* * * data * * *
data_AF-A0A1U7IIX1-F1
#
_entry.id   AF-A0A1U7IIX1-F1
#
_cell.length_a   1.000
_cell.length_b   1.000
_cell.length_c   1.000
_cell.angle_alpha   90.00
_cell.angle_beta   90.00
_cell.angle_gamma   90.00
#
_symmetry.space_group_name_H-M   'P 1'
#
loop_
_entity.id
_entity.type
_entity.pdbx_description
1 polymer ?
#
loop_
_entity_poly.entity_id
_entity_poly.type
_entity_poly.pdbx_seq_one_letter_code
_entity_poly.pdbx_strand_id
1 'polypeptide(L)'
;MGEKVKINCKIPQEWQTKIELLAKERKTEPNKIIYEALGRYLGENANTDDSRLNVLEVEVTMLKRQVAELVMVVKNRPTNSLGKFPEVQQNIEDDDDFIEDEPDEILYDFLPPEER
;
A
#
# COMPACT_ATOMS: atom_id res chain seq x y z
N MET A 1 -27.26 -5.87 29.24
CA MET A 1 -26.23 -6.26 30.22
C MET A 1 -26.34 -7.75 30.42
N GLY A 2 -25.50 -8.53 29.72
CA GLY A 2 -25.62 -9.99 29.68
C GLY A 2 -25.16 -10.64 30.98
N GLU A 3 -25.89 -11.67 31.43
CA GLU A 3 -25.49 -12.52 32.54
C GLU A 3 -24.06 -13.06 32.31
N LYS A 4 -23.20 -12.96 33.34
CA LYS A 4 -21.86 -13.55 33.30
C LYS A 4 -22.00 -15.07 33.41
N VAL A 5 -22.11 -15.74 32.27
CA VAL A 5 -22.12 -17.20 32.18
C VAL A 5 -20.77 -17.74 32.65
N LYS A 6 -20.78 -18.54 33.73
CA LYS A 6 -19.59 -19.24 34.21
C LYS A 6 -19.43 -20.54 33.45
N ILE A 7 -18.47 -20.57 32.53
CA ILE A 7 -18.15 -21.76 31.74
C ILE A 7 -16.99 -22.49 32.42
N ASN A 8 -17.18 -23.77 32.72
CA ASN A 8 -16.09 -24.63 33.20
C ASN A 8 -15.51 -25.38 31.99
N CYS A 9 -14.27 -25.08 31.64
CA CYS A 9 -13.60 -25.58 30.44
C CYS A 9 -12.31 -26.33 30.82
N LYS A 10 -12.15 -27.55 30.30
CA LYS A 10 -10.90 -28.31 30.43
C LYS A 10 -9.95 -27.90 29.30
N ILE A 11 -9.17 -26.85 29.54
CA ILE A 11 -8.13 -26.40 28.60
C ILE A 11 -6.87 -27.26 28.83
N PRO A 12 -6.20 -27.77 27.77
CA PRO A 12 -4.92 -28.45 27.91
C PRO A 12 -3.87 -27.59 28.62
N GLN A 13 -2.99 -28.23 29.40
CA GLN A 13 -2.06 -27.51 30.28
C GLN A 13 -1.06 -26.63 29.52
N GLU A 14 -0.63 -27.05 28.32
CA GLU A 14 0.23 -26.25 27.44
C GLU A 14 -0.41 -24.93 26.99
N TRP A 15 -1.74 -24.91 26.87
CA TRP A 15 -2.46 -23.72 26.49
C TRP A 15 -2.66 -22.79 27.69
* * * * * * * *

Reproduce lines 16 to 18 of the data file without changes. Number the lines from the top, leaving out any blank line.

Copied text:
_entity.type
_entity.pdbx_description
1 polymer ?